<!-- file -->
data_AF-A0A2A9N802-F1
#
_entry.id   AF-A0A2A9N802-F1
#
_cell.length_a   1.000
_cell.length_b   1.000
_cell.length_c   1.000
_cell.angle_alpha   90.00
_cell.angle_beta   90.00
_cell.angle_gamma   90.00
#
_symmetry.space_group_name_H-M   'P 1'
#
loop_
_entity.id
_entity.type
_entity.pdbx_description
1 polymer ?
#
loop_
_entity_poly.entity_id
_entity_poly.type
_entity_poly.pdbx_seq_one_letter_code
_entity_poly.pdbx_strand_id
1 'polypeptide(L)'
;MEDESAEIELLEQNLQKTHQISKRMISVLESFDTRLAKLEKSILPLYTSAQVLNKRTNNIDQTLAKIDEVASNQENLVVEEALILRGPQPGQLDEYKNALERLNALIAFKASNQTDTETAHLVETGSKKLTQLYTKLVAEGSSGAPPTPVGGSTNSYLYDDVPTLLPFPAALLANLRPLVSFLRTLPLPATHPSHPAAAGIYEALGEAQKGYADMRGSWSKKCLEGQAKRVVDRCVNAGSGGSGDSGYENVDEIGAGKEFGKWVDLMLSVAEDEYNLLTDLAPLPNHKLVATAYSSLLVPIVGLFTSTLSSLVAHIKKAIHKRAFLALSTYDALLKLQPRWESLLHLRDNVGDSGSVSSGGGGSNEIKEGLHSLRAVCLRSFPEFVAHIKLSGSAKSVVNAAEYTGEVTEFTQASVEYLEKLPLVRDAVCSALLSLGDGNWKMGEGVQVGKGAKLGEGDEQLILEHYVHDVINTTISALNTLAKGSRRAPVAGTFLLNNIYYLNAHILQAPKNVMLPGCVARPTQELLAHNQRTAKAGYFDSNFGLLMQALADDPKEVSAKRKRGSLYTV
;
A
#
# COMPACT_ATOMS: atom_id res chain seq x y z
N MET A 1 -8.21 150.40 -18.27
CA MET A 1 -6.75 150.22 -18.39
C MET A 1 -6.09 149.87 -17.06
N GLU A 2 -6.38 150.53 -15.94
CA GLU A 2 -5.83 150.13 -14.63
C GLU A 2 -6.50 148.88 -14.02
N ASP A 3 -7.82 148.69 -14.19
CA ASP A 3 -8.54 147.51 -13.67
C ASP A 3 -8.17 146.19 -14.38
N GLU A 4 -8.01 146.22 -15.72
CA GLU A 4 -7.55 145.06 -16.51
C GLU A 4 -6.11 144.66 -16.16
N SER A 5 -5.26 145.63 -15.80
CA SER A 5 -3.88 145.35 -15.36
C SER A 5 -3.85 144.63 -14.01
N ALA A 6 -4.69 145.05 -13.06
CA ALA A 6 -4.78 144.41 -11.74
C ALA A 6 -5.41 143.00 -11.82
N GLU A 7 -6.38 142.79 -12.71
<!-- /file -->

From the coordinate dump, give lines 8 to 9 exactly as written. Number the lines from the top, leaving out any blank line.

_cell.angle_alpha   90.00
_cell.angle_beta   90.00